Women in Leadership Stats – March update (UK)

March 22 LinkedIN Stats post

The UK’s biggest 100 companies are on the brink of hitting 40% female representation at board level. 

Our latest stats reveal the FTSE 100 average is 39.9%, as of March 2022. 

The FTSE 100 hit the 30% critical mass in September 2019, meaning there has been rapid and significant progress in the past two years.

That’s precisely why our campaign is working with companies all over the world to strive for the 30% mark. 

Of course, the real goal is goal is PARITY.

Our minimum UK objectives by 2023 are:  

  • Beyond 30% representation of women on all FTSE 350 boards, to include one person of colour We support the Parker Review goals for at least one person of colour on every FTSE 350 board.
  • Beyond 30% representation of women on all FTSE 350 Executive Committees, to include one person of colour.
  •  
  • Beyond 30% of all new FTSE 350 Chair appointments to go to women between 2020 and 2023.

 

March 2022 saw women’s representation on FTSE 100 boards reach an average of 40% for the first time in history.

While we celebrate this milestone, there is still much work to do across FTSE 250 and 350, not least of which on ethnic representation – only 178 board positions is in the FTSE 350 are held by directors of colour, with just 77 of those positions held by female directors of colour (Parker Review, November 2020).

Furthermore, there are still 38 FTSE 350 companies at less than 30% women on boards. But as of March 2022, there is at only one FTSE 350 company with an all-male board and the number of all-male ExCos is falling.

March 22 LinkedIN Stats post (4)

With just 24% of FTSE 100 Executive Committee roles currently (as of 1 April 2022) held by women, achieving at least 30% by 2023 represents a significant but achievable challenge.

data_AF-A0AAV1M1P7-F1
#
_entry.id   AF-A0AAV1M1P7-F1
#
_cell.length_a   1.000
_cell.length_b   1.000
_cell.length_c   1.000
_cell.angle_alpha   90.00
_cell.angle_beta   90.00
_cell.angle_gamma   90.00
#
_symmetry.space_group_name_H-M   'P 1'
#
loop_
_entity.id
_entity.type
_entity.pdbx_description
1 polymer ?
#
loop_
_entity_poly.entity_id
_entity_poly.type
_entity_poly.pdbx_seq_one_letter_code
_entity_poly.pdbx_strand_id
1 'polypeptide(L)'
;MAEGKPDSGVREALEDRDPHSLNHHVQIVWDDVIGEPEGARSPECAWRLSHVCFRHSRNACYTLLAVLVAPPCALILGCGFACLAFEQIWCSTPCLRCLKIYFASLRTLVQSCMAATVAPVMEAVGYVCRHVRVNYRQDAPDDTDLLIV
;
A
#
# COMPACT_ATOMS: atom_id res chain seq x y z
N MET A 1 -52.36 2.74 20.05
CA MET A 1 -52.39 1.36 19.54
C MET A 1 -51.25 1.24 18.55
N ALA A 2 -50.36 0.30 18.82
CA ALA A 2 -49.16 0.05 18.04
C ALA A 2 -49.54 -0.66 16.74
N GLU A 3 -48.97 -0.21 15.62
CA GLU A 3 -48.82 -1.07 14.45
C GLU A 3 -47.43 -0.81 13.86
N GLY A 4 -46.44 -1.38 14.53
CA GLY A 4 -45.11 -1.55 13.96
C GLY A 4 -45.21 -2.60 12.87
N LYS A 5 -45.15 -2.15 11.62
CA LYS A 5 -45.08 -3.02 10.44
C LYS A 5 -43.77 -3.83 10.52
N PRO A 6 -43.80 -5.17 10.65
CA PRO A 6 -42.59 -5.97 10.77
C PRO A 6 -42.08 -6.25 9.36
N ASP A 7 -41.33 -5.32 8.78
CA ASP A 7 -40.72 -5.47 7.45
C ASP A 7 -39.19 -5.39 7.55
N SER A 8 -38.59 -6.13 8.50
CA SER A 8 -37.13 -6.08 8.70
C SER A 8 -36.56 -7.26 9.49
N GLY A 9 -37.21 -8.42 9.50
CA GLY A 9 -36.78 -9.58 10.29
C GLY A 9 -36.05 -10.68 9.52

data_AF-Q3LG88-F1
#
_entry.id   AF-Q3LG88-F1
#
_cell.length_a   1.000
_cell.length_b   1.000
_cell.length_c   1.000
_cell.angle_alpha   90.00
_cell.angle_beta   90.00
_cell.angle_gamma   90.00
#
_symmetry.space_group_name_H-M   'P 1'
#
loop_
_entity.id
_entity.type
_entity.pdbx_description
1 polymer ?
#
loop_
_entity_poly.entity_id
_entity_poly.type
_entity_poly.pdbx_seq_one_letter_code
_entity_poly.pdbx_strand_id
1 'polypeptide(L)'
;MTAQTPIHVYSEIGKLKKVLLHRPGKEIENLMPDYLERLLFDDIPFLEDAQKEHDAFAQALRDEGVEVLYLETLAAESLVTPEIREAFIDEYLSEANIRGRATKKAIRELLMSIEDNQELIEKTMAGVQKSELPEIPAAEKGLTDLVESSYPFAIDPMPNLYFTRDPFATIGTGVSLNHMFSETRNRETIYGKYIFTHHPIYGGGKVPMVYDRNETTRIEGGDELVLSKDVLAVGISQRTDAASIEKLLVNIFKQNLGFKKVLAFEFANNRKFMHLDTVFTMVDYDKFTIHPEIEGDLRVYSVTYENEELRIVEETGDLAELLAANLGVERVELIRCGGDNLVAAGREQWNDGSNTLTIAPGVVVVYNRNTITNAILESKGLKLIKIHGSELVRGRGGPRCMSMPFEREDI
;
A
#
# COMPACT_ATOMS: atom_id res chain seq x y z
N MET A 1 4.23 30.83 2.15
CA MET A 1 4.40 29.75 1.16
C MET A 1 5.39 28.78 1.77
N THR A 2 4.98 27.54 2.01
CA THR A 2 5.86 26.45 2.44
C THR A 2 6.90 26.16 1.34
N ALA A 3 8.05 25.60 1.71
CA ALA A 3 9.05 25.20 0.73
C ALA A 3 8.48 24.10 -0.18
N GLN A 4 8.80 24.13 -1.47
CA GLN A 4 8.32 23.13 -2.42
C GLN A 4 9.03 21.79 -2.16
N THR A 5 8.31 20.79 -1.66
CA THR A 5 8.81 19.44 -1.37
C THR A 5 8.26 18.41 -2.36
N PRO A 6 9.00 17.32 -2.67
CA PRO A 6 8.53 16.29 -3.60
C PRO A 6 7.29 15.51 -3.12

Driving progress will require ongoing investment from CEOs and leadership teams in developing the pipeline of female directors. It will also require demand by investors, leadership from board chairs, commitment by nominations committees and action from head hunters, and of course it also requires ongoing investment from CEOs and leadership teams in developing the pipeline of female directors.

Out of 100 companies, the UK still only has 8 female CEOs, 18 female CFOs and 17 female Chairs. This shows that the 30% Club still has work to do even though they have reached our 30% on Boards target. 

We encourage individuals and organisations to support our work and help us in our quest to increase the number of women on company boards and at senior management level.

What you can do to help us:

Become a Chair or CEO Member (please check UK webpage for criteria)

Call upon your own organisation to introduce targets for women in leadership

Share information on the 30% Club with your colleagues and networks

Encourage lagging companies to improve their diversity efforts